Last weekend we cruised up the 395 to Big Pine, just outside of Bishop. Truth be told, neither of us have much real backpacking experience and it seemed logical to try some gear and techniques out before heading out for five months on the Pacific Crest Trail. It was a fantastic learning experience. We debated the pros and cons of bear canisters on the way to the trailhead, and both ended up on sort of opposite sides of the issue. Coreen's right arm felt like it immediately became dislocated when shouldering her pack for the first time. I ended up with some kind of evil headache from a lack of caffeine and oxygen (lots of elevation gain in the first two miles). So everything was going quite far from smooth for this test run. It was a little disappointing even. I felt like a total newb, we both did. The hours of preparation and research (what kind of shoes should we wear, how light is my fork, should I wear underwear, what kind of umbrella should we bring?) were all pretty useless when it came down to actually stepping onto a trail. I figured this would be the case though, there are no training substitutes for the real thing. At the end of the day, we made an amazing dinner complete with corn pasta and powdered goats milk. We had some salty chocolate while sipping hot toddies next to an icy cold creek. We slept soundly beneath the stars and dreamed of lighter backpacks and the imminent snow storm we would hike into the next morning.
We woke with the sun, stoked that the clouds had cleared up ahead, made a quick breakfast and made our way up the trail. This place is super killer, so beautiful. We stopped by the creek and I tried to fish. I have pretty much no idea how to use a Tenkara rod but I look pretty pro in the photo. I successfully scared every fish away with the fly. Nailed it!
At this point all the clouds came back and it started to snow. We pressed on a few more miles to First lake, and decided to turn around and head back once the snow started sticking. It was a good call considering we had a car parked about 4 miles back, and as John Muir once said, "The hot springs are calling and I must go". For anyone else out there planning a thru-hike of the PCT this summer, I would definitely recommend driving to the hot springs near Bishop instead. It's super easy and you hardly have to walk at all. There is a great book called Eastern Sierra Hot Springs and its only $12.95. Way cheaper than quitting your job for half a year. There was a dude who lived in his van with two dogs over at "Little Hot Creek" he must have figured this out many years ago.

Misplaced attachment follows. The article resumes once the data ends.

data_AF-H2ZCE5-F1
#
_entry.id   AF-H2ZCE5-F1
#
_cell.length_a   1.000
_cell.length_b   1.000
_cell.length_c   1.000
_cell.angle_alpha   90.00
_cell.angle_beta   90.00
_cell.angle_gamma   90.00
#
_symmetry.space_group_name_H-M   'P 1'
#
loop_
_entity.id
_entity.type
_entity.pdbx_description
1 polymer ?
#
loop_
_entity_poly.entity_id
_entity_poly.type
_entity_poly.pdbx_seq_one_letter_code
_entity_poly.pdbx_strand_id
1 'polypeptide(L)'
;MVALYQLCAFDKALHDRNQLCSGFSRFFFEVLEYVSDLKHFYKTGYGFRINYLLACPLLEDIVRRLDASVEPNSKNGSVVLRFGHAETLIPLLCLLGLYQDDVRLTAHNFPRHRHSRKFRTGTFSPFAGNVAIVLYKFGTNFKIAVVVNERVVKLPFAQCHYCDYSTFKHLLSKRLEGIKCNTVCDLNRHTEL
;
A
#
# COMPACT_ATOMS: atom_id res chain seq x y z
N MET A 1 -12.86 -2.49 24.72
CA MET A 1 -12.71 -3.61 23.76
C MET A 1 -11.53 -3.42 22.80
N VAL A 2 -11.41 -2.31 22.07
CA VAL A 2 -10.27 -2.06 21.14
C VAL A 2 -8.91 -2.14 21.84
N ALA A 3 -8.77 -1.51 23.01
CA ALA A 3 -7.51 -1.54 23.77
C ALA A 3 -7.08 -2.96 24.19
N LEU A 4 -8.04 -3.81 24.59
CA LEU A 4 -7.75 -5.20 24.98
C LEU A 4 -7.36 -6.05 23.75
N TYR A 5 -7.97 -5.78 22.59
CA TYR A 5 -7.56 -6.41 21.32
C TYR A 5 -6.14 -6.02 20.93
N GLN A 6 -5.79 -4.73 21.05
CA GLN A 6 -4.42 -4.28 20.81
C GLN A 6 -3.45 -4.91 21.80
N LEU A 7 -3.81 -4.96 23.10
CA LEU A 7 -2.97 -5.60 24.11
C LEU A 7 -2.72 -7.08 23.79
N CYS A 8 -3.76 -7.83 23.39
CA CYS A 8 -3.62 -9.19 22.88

The next morning we crushed a sport climbing route in the Owens River Gorge. We usually climb super hard 5.14's and stuff but decided to climb this 5.7 left handed instead.
We camped out near the Buttermilks and watched the sun rise for Coreen's 26th birthday. Happy Birthday Sandwich!
I'm not sure if we are total geniuses or what, but we got this idea to go to a really cool place and go on a run. I don't know if this has a name, but I think it should be called "Cool Running" in the Alabama Hills outside Lone Pine.
I know we aren't entirely ready for what we have planned (can you ever be?) but we figured a bunch of things out, and now our gear looks slightly used. We are still accepting sponsorships, all reasonable offers will be considered. Stay tuned for details on the Super Radical Garage Sale Party! We are getting rid of many awesome things that you probably need. Thanks for reading, have a super bueno Cinco De Mayo!